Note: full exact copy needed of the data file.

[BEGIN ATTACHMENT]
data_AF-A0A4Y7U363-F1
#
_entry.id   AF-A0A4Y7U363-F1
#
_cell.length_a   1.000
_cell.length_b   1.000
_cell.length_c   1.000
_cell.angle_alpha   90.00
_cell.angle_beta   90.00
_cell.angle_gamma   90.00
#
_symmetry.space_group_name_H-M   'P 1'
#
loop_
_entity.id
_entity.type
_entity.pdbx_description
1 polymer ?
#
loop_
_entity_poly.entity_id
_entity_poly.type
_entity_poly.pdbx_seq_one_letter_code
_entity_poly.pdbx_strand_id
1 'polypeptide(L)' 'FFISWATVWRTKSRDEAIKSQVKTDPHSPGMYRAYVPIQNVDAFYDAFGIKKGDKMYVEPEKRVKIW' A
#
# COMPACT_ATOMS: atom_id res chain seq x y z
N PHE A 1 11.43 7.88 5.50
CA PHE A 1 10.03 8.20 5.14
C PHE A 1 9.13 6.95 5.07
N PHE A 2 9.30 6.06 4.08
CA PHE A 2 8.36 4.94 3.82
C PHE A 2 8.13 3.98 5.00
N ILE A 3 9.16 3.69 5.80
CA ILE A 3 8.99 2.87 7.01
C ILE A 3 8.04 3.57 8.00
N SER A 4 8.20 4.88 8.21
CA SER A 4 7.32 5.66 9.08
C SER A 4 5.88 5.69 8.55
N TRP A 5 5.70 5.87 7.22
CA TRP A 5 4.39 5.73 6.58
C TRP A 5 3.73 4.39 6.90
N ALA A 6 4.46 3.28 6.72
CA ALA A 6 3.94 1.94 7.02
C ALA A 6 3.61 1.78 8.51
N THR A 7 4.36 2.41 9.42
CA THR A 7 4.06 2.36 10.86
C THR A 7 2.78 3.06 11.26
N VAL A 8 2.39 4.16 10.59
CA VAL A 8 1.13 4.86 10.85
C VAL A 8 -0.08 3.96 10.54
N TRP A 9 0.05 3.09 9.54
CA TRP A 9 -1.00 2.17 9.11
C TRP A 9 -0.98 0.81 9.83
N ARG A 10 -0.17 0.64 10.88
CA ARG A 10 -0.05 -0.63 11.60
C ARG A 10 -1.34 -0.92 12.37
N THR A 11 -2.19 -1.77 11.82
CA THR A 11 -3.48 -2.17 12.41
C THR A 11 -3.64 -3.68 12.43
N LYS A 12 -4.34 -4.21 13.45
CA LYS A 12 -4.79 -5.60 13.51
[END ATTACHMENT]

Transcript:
data_AF-A0A4Y7U363-F1
#
_entry.id   AF-A0A4Y7U363-F1
#
_cell.length_a   1.000
_cell.length_b   1.000
_cell.length_c   1.000
_cell.angle_alpha   90.00
_cell.angle_beta   90.00
_cell.angle_gamma   90.00
#
_symmetry.space_group_name_H-M   'P 1'
#
loop_
_entity.id
_entity.type
_entity.pdbx_description
1 polymer ?
#
loop_
_entity_poly.entity_id
_entity_poly.type
_entity_poly.pdbx_seq_one_letter_code
_entity_poly.pdbx_strand_id
1 'polypeptide(L)' 'FFISWATVWRTKSRDEAIKSQVKTDPHSPGMYRAYVPIQNVDAFYDAFGIKKGDKMYVEPEKRVKIW' A
#
# COMPACT_ATOMS: atom_id res chain seq x y z
N PHE A 1 11.43 7.88 5.50
CA PHE A 1 10.03 8.20 5.14
C PHE A 1 9.13 6.95 5.07
N PHE A 2 9.30 6.06 4.08
CA PHE A 2 8.36 4.94 3.82
C PHE A 2 8.13 3.98 5.00
N ILE A 3 9.16 3.69 5.80
CA ILE A 3 8.99 2.87 7.01
C ILE A 3 8.04 3.57 8.00
N SER A 4 8.20 4.88 8.21
CA SER A 4 7.32 5.66 9.08
C SER A 4 5.88 5.69 8.55
N TRP A 5 5.70 5.87 7.22
CA TRP A 5 4.39 5.73 6.58
C TRP A 5 3.73 4.39 6.90
N ALA A 6 4.46 3.28 6.72
CA ALA A 6 3.94 1.94 7.02
C ALA A 6 3.61 1.78 8.51
N THR A 7 4.36 2.41 9.42
CA THR A 7 4.06 2.36 10.86
C THR A 7 2.78 3.06 11.26
N VAL A 8 2.39 4.16 10.59
CA VAL A 8 1.13 4.86 10.85
C VAL A 8 -0.08 3.96 10.54
N TRP A 9 0.05 3.09 9.54
CA TRP A 9 -1.00 2.17 9.11
C TRP A 9 -0.98 0.81 9.83
N ARG A 10 -0.17 0.64 10.88
CA ARG A 10 -0.05 -0.63 11.60
C ARG A 10 -1.34 -0.92 12.37
N THR A 11 -2.19 -1.77 11.82
CA THR A 11 -3.48 -2.17 12.41
C THR A 11 -3.64 -3.68 12.43
N LYS A 12 -4.34 -4.21 13.45
CA LYS A 12 -4.79 -5.60 13.51